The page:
The answer came quickly, and clearly. in may president Obama gave NEWSWEEK an interview on what he had learned in his first months in office. When asked what had been his most difficult decision, Obama answered without hesitation: the order to send 21,000 more American troops to Afghanistan in this, the eighth year of the war there. Later in the conversation, Obama said that the American people, broadly defined, understand and appreciate the complexity of many of the problems facing the country. The implication was straightforward: that he, with his professorial talent for explanation, was the man for a moment when America, or at least the chunk of it that had voted for him, was willing to hear him out, often at length.
I recalled these points of the president's last week during one of Washington's periodic outbreaks of attention to the war in Afghanistan. The occasion was the submission of a report by Gen. Stanley A. McChrystal, the new commander there, which reportedly details a grim situation that will almost certainly require, in McChrystal's view, more American force. Obama's decision will be among the most important he will ever make.
John Barry, our longtime defense correspondent, reports McChrystal told colleagues in Washington that he was "shocked" by what he found after Obama gave him the command this spring. He should not have been: the war has now lasted longer than American combat engagement in World Wars I and II combined, and anyone reading the reports out of Afghanistan and Pakistan knows that the Taliban is reconstituting itself with support from sympathizers both in Afghanistan and in Pakistan. It was also more than a little surprising to hear Adm. Mike Mullen, the chairman of the Joint Chiefs of Staff, say last week that "time is not on our side" in Afghanistan. Time has never been on our side in that perennially chaotic country.
Ron Moreau, who covers Afghanistan and Pakistan for us, puts it this way: "In short, I think we're finding ourselves confronting the same dilemma the Soviets faced in the late 1980s: either pour in more troops for a wider occupation, or opt for a withdrawal, phased or otherwise. The counterinsurgency plan is now completely a U.S. operation. Our forces clear and hold, largely on their own, and then try to build with a combination of U.S. civilian and military elements. The Afghans simply don't factor in, as they don't have the manpower or seemingly the will to take advantage of the opportunity provided by U.S. troops. Local Afghans, of course, quickly resent our widening footprint, as it leads to frequent Taliban attacks and the planting of mines and IEDs everywhere, not to mention the insurgents' use of indiscriminate suicide bombings. The U.S. gets blamed for these, not the Taliban. The logic: if the U.S. weren't there, the Taliban wouldn't be attacking. So if the Afghans can't step up, and so far they haven't and won't, then what's the point?" That is the question the president must answer.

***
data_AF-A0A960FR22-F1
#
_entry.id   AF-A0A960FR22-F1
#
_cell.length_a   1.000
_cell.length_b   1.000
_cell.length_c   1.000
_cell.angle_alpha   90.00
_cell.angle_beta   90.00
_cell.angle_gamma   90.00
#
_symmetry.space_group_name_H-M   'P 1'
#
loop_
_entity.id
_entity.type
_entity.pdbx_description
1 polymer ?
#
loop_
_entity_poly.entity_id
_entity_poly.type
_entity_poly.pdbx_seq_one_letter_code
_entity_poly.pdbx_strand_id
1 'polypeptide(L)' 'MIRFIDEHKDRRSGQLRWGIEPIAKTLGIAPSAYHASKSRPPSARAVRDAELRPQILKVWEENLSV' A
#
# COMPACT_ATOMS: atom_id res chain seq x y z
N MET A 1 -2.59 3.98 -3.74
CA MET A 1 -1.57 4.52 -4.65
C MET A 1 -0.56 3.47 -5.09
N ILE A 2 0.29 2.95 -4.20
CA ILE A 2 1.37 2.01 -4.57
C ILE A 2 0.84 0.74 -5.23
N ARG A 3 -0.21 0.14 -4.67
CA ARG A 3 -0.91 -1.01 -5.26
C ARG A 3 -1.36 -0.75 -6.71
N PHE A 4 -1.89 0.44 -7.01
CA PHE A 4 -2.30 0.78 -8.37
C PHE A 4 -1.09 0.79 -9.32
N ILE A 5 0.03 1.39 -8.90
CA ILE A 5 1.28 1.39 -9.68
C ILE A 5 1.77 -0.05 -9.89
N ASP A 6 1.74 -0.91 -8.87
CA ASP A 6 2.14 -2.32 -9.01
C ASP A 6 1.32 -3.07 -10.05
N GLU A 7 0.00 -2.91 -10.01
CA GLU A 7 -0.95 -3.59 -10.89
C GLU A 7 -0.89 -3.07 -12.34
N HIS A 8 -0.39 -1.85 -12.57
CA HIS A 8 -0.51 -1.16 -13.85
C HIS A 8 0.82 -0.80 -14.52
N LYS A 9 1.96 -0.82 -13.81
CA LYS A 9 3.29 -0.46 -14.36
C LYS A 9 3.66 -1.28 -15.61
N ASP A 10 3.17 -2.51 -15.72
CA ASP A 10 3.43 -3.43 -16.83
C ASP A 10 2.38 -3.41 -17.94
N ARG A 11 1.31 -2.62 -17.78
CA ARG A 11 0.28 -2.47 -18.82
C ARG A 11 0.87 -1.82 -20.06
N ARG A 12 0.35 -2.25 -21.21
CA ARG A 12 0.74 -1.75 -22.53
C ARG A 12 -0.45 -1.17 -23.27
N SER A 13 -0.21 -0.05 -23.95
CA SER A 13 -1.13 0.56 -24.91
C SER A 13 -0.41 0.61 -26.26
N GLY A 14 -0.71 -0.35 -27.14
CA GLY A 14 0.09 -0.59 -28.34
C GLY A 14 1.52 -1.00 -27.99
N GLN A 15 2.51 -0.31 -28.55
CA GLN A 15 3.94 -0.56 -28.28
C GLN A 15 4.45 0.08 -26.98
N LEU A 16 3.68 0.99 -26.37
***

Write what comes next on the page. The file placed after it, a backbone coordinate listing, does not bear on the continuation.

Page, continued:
The difficulty of our task in the region is virtually impossible to overstate. But we are at war there because the aid and comfort Afghanistan gave Al Qaeda made the attacks of September 11—which we commemorate this week—possible. The only thing worse than staying and working to bring order to the chaos would be to pull back, which would guarantee the triumph of our enemies. The question is how we fight and whether we are willing to invest—in time, treasure, and blood—what it will take to reduce the likelihood that Afghanistan will again threaten our national security.
A few points may help in thinking about the debate over more forces. First, we should be clear about what kind of forces are needed. There are combat troops, there are adviser/trainers, and there are civilians who are crucial to the creation of a sustainable civil order. Which sort, and how many of each sort, should be deployed? Second, the president has said that he wants "visible progress" by early next year. He should not feel bound by this; nor should we hold him to it, for there is no chance we can achieve it. Wars, particularly wars of the kind being waged in Afghanistan, do not lend themselves to managerial timetables. Third, it is unhelpful to speak of Afghanistan in isolation. With its extremist sympathies and nuclear capability, Pakistan is, as we suggested on our cover a few years ago, the most dangerous country in the world. There will be ever-dwindling public support for our efforts in the entire region if the president does not undertake to explain the complexity of the situation, define success, and lay out the consequences of failure.